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Editorial: Japan's immigration law draft revisions lack human rights considerations

Proposals for amendments to the Immigration Control and Refugee Recognition Act were approved by the Cabinet of Prime Minister Yoshihide Suga on Feb. 19. The aim is said to be to end the long-term detentions of foreign nationals on immigration violations.

    However, the draft revisions make controls on the residency of foreign nationals even stricter, by thoroughly implementing forcible repatriation of those found to be in Japan illegally, and establishing punishments for those who do not obey deportation orders.

    Most people who receive deportation orders leave Japan of their own accord. Those who defy the orders tend to be people at risk of physical harm if they do return, or have family in Japan. The draft revisions lack consideration for such people. We find the lack of sensitivity to human rights questionable.

    Especially problematic is the stipulation that limits the number of times a person can apply for refugee certification. The international convention on the status of refugees prohibits the repatriation of people who could be refugees, and under current Japanese law, people who are in the process of being assessed for refugee certification cannot be sent back to their countries of origin.

    Under the draft revisions, however, people who have undergone the refugee certification process three or more times are subject to forced deportation unless they have documents to prove they are refugees. The Immigration Services Agency of Japan explains that the system is being abused by people trying to avoid being sent back.

    But globally speaking, Japan is a difficult place to be certified as a refugee. In 2019, 10,375 people applied for refugee status, but only 44 were approved. Japan's refugee approval procedure should be reviewed first.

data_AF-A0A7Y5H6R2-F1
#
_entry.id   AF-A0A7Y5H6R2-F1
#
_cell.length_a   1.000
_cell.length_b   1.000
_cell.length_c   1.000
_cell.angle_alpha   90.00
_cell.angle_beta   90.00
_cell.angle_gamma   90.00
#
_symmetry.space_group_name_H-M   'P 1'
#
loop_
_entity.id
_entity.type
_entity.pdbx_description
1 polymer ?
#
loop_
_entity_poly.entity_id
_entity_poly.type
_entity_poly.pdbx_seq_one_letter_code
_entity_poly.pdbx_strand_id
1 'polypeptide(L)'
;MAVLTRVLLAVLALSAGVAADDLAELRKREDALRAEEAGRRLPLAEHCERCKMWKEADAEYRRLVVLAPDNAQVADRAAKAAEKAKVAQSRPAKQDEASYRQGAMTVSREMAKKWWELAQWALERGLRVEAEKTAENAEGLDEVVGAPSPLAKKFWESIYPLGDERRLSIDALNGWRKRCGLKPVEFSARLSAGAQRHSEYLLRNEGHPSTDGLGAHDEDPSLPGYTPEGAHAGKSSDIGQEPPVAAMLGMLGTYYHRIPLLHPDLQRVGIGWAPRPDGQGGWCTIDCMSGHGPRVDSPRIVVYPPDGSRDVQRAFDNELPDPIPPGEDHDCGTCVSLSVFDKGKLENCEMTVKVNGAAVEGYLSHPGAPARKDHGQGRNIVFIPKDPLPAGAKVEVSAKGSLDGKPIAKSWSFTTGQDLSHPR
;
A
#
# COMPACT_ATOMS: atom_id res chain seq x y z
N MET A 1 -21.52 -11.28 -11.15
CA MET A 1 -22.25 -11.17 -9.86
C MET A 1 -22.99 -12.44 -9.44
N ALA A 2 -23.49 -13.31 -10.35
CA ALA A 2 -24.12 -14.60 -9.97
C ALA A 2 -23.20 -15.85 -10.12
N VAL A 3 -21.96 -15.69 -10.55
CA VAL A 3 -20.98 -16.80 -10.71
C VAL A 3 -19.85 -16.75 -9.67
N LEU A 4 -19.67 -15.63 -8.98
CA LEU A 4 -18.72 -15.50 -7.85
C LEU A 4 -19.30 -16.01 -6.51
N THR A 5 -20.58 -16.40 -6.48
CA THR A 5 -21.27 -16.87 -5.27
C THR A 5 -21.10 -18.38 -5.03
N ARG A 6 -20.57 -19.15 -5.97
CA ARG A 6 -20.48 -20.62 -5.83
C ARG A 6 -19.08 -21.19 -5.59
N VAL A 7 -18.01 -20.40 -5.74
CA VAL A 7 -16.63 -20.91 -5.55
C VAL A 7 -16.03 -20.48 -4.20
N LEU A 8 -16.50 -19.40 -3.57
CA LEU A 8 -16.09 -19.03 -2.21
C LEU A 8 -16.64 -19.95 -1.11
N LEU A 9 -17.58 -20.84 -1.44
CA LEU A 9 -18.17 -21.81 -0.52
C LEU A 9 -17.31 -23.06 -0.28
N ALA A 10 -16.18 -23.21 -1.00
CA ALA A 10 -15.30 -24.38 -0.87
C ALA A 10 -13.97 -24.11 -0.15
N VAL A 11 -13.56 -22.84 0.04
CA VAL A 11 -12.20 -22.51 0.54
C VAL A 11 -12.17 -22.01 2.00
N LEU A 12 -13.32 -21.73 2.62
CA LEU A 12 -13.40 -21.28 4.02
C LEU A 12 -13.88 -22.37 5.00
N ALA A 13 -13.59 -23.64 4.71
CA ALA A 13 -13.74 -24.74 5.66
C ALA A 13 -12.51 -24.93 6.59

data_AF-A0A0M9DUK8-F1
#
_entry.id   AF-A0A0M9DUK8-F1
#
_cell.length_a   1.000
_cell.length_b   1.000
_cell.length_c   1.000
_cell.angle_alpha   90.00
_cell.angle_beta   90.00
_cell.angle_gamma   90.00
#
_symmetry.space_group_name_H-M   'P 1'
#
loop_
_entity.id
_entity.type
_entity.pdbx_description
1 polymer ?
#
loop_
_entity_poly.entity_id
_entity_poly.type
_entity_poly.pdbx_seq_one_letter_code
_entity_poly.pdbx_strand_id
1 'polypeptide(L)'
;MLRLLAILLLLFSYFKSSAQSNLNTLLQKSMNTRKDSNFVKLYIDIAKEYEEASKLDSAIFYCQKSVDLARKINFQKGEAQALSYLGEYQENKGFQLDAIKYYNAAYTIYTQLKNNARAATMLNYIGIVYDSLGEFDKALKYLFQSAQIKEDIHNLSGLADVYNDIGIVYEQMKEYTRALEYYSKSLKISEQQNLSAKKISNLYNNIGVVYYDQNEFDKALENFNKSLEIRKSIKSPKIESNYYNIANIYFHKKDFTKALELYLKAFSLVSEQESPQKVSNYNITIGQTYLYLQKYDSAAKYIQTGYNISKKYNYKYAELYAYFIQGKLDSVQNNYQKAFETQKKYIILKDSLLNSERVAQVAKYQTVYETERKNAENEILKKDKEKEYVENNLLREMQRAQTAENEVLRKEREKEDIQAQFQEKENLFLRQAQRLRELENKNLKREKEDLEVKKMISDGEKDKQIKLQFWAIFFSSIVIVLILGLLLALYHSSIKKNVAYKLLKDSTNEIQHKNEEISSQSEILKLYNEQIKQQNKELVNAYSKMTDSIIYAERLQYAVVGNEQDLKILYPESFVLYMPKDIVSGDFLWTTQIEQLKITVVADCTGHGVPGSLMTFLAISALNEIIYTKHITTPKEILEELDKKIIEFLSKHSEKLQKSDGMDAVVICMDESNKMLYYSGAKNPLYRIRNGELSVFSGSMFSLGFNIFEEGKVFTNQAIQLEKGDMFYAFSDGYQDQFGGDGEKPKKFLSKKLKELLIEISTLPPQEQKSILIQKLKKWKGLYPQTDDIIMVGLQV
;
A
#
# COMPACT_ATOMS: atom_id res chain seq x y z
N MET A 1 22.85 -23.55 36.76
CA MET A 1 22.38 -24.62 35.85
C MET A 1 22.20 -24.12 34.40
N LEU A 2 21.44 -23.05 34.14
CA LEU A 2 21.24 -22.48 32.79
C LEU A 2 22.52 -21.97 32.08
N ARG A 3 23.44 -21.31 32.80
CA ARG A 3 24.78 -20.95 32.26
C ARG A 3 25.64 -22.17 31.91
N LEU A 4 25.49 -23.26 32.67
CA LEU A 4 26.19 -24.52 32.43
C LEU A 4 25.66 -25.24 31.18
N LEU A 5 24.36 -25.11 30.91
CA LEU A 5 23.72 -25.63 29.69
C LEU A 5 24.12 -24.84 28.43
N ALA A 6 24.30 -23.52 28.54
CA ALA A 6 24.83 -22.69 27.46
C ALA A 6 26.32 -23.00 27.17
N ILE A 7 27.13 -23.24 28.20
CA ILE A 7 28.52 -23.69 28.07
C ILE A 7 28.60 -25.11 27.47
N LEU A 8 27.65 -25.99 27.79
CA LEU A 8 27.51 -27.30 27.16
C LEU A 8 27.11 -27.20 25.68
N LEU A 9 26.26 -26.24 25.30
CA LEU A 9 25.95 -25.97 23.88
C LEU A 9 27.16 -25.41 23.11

There are problems with how foreign nationals are detained as well. The courts do not get involved, and there are no limitations on how long people can be held. The United Nations High Commissioner for Human Rights pointed out that Japan's detention of foreign nationals violates the International Covenants on Human Rights, but the Japanese government has not made any moves to change the situation.

    Meanwhile, for those who are not deemed a flight risk, a new supervisory measure will be instituted in place of detention. Family members and supporters become "supervisors," and individuals will be able to live in society.

    However, after a person receives a deportation order, they are forbidden from working. Furthermore, because they cannot apply for welfare, those who had trouble making ends meet would have no choice but to return to detention centers.

    Ahead of the Japanese government's draft revisions, the opposition bloc submitted its own draft revisions to the Diet that would shift authority for refugee status decisions from the justice minister to an independent body. They would also require authorization from a judge to hold individuals in detention centers.

    Incorporating aspects of the opposition bloc's draft revisions in Diet deliberations, there is a need to make the legal system one that takes human rights into account.

    One reason there are people in this country without legal residency status is Japan's policy regarding foreign nationals. Countless people have come to Japan on the Technical Intern Training Program, but have gone missing, unable to tolerate the low wages and appalling labor conditions.

    There are more than a few industries in Japan that cannot continue to exist without the labor of foreign nationals. If we are to uphold the ideal of coexistence, then we must first change the way we accept foreign nationals into the country.

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